Showing posts with label Lost Wax Process. Show all posts
Showing posts with label Lost Wax Process. Show all posts

Friday, November 22, 2019

Lost Wax Artist

I am a
Lost Wax Artist

It's not an impressive title to have but once you understand the 
process you will understand a bit better why I am called a lost wax artist
and I am so proud of it.

Lost Wax Process:

The intricate lost wax process has a rich history in our world. Also known in French as cire perdue. It is a process that allows me to hand sculpt a wax model and cast it into a unique piece of jewelry. Each cast piece is solid silver, gold or platinum once my wax model is melted out of the investment. Investment is a finer type of plaster used by jewelers and is poured around my wax model. Once the investment is dried and then heated, my wax models disappears or known as being burned out and is replaced with melted gold.

My leaf model piece above is a one-of-a-kind hand sculpted wax model that will be cast in 14k gold. Each wax model is hand sculpted to fit our rough uncut diamonds or our hand cut gemstones. We do not mass produce our jewelry, in fact because they are hand sculpted, we choose to only cast a few at a time.

I have tried many different mediums, such as clay, ArtClay, etc.. until 16 years ago, I found jewelers wax which allowed me to get details I was wanting in each piece. With different tools I was able to give my leaves, twig and vines the look I was wanting.

Once in a while I will make a rubber or silicone two-piece mold on some of my pieces which may take up to a week to create an original piece. This is needed to keep the cost down for my customers because creating original works take many hours and some clients need their rings much faster than I can sculpt them but I still insist, to this day to modify each wax model to fit my customers needs. I can also modify the wax model to make it into another unique one-of-a-kind piece.


The History: The oldest known example of this technique is a 6,000-year old amulet from Indus valley civilization. Other examples from somewhat later periods are from Mesopotamia in the third millennium B.C. and the objects discovered in the Cave of the Treasure (Nahal Mishmar) hoard in southern Israel, and which belong to the Chalcolithic period (4500–3500 BC). Conservative estimates of age from carbon-14 dating date the items to c. 3700 BC, making them more than 5,700 years old. Lost-wax casting was widespread in Europe until the 18th century, when a piece-molding process came to predominate.


Wednesday, September 10, 2014

Lake Norman Magazine - Accessible Art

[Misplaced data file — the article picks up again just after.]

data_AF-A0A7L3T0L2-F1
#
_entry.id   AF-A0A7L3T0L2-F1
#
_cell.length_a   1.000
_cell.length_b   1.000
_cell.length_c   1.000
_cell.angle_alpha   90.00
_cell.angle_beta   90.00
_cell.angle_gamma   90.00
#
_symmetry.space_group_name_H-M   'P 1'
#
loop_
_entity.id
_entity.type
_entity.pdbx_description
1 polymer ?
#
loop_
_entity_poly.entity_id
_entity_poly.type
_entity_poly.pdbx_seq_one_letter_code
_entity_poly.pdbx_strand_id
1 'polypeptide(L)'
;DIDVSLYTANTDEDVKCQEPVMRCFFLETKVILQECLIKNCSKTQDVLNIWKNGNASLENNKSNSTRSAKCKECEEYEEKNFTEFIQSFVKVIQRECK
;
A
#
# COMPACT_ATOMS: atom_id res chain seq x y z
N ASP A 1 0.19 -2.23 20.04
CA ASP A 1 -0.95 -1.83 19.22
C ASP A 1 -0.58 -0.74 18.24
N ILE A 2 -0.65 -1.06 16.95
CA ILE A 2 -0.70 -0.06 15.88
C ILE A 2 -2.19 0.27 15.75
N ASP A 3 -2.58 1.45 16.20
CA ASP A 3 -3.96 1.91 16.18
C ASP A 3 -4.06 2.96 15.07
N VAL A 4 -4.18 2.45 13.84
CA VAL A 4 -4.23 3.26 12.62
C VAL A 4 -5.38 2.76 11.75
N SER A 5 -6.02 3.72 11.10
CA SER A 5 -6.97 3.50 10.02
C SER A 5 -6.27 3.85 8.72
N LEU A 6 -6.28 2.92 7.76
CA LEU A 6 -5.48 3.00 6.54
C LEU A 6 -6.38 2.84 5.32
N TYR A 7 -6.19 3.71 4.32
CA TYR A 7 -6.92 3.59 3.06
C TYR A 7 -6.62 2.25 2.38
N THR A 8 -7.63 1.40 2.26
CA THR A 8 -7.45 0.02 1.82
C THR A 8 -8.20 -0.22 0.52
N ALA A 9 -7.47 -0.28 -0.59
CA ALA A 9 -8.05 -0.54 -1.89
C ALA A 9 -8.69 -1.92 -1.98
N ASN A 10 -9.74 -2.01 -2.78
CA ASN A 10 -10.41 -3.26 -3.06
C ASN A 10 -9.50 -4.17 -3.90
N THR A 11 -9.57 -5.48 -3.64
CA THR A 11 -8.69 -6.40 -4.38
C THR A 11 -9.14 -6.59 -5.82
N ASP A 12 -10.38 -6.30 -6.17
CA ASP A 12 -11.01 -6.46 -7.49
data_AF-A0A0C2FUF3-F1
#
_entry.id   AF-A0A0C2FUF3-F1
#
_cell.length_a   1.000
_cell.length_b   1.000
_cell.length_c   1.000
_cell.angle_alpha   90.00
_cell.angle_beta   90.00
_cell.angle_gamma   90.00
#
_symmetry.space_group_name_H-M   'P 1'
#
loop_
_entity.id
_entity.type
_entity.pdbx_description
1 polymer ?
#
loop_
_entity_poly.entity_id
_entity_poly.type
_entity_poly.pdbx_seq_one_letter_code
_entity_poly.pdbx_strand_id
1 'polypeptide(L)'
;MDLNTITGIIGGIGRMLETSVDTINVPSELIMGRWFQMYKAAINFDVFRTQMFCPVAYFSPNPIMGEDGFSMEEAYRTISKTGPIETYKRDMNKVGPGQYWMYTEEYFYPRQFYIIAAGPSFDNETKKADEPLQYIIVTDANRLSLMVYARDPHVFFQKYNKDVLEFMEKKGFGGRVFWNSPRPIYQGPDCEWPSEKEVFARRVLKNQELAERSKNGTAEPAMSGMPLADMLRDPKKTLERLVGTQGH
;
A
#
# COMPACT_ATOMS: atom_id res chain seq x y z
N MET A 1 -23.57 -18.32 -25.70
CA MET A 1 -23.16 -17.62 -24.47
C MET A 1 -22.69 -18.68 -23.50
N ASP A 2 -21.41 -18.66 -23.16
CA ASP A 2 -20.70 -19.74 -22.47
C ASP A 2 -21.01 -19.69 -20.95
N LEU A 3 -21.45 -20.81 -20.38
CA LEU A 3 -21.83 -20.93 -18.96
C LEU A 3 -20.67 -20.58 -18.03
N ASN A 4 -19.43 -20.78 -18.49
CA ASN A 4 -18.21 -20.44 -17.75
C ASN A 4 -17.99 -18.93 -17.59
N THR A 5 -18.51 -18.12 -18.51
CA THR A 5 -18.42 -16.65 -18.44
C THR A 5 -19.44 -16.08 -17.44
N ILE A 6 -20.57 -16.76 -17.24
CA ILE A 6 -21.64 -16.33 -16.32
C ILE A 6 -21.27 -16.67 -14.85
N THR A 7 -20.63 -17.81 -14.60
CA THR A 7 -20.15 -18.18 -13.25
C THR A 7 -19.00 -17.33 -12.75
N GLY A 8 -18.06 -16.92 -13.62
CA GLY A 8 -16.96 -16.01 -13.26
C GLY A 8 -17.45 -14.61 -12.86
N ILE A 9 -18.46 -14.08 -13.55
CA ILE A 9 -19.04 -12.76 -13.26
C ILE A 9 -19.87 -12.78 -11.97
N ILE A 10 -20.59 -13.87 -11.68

Dawn Vertrees of Dawn Vertrees Jewelry in her Cornelius home studio working with a lost wax process to sculpt a decorative wine glass ornament commissioned for use in an upcoming wedding.

-Grant Baldwin Photography - Grant Baldwin

Dawn Vertrees, 54, Etsy store: DawnVertreesJewelry
After retiring from a lengthy 
corporate career, an unexpected mentor came into Dawn Vertrees’ life. Volker Kracht, a senior master jeweler from Germany, put off retirement for three years after seeing a stunning orchid pendant that Vertrees made from three sheets of wax.
Since 2001, Vertrees has pursued different artistic media, starting with ceramic jewelry and moving on to the world of Lost Wax, which she works in today to make fine artisan jewelry like intricately designed rings and pendants depicting tree frogs, turtles, starfish, and other nature-inspired subjects.
Along the way, she’s picked up numerous awards at festivals and art shows across the Southeast while making a living 
from her craftsmanship. But when the constant travel started to take its toll, Vertrees turned to the Internet to keep her business going.
“I got so tired of being out on the road that one day while my husband was filling up the motor coach with gas, I created an Etsy site and at each rest stop and break I had, I photographed my pieces so I could continue to make money without having to constantly travel to shows,” Vertrees says.
The Internet opened up more doors for Vertrees, allowing jewelry retailers in St. John, Virgin Islands and Disney resorts to discover her pieces and add them to their collections. 
In the coming months, Vertrees says her business will come full circle as she’s in the process of building a wholesale market and will eventually only sell through brick-and-mortar stores.
“It’s the circle of life of being a jewelry designer. Art shows come first, then Internet, and then wholesale and possibly, a a few wholesale shows,” Vertrees adds.

Read more here: Accessible Art
Wholesale Contact: Julie King Julie@buydawnvertreesjewelry.com, or by phone at 340-344-0410